For further reading on DOMS and ‘the repeated bout effect’ from eccentric training you can always read my earlier article on the subject.
If you have any thoughts about how the kBox3 and flywheel training can help you achieve the most under-used form of training, powerful eccentric, feel free to reach out. Good luck with your training!
/Fredrik Correa, M.D., co-founder
PS. Read my previous posts about Carl Valle’s work:
Flywheel training is increasingly being used for rehabilitation and physiotherapy, and the world’s most innovative country in this applying this is probably the Netherlands. One of the many skilled Dutch flywheel physiotherapists is Lotte Lafeber in Rotterdam.
Fredrik Correa reached out to Lotte to learn more about her involvement with flywheel training and how she uses the kBox with her patients. She generously agreed to share her experience, for us all to benefit from.
How come you wanted to be a physio?
I’ve always wanted to work in health care since I was young. When I found out that with physiotherapy you can combine working in health care with sports I chose this field. In the work you have a lot of contact with the patients which I like. Working togther with a patient to reach the goals you’ve set up together is a very thankful job.
Tell us about your current work as a physio?
I’m working as a physiotherapist for two days a week at Praktijk voor fysio- en manuele therapie ‘Groothandelsgebouw’ in Rotterdam and for two days a week at Fysio Effect in Rijswijk. We see all kinds of patients and their problems varies from back pain and neck pain caused by working to much at a desk to injuries during sports. Since I’m doing a master in sport physiotherapy I’m focusing on the patients with injuries related to sports. So for example runners with knee injuries or rehabilitation after an operation like an anterior cruciate ligament (ACL) reconstruction.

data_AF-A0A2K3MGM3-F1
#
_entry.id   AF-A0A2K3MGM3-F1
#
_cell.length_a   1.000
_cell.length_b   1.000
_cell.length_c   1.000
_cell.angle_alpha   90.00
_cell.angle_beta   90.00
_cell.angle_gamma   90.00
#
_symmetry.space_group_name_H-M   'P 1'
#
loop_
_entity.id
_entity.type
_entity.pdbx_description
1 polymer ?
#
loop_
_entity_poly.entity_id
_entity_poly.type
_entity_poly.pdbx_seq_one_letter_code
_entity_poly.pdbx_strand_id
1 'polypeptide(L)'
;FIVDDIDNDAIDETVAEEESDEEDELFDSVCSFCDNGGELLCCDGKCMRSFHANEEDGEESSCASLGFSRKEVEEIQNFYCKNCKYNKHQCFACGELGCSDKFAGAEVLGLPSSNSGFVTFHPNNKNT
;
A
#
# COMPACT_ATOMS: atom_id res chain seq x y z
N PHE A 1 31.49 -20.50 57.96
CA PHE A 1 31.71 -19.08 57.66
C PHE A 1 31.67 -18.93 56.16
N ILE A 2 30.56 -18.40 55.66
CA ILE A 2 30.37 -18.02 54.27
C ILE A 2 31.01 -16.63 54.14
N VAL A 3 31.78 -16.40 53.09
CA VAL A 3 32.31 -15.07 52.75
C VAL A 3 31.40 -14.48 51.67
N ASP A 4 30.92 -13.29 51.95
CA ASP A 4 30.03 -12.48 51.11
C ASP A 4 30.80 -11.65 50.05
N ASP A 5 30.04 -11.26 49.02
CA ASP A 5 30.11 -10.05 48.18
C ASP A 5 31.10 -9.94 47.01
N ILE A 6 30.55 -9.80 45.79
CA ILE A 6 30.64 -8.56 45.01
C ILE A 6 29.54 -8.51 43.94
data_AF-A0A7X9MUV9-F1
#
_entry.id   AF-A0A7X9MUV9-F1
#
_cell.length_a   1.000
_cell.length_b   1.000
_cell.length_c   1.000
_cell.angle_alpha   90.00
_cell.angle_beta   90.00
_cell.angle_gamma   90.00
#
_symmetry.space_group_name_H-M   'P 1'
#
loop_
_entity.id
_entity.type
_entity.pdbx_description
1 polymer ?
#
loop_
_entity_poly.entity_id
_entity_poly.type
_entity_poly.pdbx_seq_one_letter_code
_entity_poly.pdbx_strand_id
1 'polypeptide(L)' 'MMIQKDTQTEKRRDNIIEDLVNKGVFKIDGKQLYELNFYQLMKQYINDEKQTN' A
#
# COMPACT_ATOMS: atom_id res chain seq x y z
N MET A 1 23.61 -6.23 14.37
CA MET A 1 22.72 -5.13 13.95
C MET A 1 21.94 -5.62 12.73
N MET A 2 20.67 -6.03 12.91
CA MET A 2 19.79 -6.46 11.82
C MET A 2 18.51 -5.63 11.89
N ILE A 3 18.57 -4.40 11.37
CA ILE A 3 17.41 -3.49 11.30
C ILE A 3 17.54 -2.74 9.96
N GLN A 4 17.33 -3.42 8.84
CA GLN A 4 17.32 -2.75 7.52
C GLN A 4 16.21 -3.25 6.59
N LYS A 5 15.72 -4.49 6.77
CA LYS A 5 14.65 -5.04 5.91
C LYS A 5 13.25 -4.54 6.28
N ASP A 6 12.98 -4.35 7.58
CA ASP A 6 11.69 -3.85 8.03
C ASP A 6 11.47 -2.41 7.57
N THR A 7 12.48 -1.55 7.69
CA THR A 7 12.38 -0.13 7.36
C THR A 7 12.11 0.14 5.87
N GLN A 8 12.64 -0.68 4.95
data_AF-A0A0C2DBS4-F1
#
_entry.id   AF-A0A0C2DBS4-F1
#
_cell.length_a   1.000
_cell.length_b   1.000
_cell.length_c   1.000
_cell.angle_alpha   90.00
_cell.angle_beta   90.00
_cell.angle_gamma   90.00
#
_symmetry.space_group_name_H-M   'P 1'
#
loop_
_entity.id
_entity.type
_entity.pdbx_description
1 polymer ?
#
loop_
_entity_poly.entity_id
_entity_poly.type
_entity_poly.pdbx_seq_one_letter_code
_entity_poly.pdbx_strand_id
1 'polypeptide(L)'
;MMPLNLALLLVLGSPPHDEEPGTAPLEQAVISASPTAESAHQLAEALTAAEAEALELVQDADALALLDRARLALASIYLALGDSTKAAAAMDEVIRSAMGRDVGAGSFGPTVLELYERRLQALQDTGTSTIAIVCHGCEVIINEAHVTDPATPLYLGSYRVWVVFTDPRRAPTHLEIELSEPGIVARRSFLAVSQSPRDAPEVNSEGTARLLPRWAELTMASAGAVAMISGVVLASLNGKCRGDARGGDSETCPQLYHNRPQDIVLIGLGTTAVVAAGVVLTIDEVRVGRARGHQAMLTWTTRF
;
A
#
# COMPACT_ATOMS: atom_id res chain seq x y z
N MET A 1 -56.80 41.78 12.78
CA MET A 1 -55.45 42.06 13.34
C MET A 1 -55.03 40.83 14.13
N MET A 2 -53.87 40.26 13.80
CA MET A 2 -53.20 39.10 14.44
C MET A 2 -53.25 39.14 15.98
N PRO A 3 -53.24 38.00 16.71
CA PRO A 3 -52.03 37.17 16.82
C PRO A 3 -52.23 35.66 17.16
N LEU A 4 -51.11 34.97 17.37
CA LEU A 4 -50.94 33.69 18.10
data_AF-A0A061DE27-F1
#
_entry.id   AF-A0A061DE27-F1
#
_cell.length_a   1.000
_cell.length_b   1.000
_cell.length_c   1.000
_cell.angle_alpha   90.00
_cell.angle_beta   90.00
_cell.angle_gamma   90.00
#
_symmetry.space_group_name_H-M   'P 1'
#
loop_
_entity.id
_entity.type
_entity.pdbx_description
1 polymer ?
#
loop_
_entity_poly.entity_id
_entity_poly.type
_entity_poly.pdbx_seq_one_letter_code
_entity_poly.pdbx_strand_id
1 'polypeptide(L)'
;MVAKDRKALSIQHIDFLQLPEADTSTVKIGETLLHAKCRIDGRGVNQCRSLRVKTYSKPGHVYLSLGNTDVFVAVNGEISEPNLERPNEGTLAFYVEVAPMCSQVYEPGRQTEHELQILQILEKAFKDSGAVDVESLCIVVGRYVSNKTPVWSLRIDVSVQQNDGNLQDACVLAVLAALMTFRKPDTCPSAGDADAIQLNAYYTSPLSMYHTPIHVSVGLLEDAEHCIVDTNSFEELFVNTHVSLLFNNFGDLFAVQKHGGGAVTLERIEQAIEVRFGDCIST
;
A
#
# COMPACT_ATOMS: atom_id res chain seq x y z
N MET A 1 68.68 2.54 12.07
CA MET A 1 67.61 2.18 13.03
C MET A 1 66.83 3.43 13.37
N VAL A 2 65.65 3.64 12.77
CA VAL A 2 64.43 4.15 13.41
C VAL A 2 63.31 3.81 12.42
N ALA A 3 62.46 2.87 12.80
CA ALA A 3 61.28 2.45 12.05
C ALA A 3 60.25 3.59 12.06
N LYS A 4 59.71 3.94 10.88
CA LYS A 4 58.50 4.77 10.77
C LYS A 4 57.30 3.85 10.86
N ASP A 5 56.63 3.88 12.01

How did you come in contact with flywheel training?
We were looking for a new and innovative way of strength training. We came in contact with the company Fyzzio and they advised us to try flywheel training. So we purchased a kBox combined with SmartCoach to the clinic in Rotterdam.
What problems or difficulties do you find the kBox solves for you in rehab?
While training with patients I always try to use the most functional way. Mostly the goal in rehab is not to get as big muscles as possible, but to be able to use the muscle in the right way during your normal activities or during sports. During normal movements your muscles are contracting concentric, eccentric and isotonic. With most strength training you’re training the concentric contraction and a bit isotonic but the eccentric contraction is less involved. With the kBox you can make sure you use all three of them. So this makes it a very functional way to train the muscles and it simulates the real sports activity.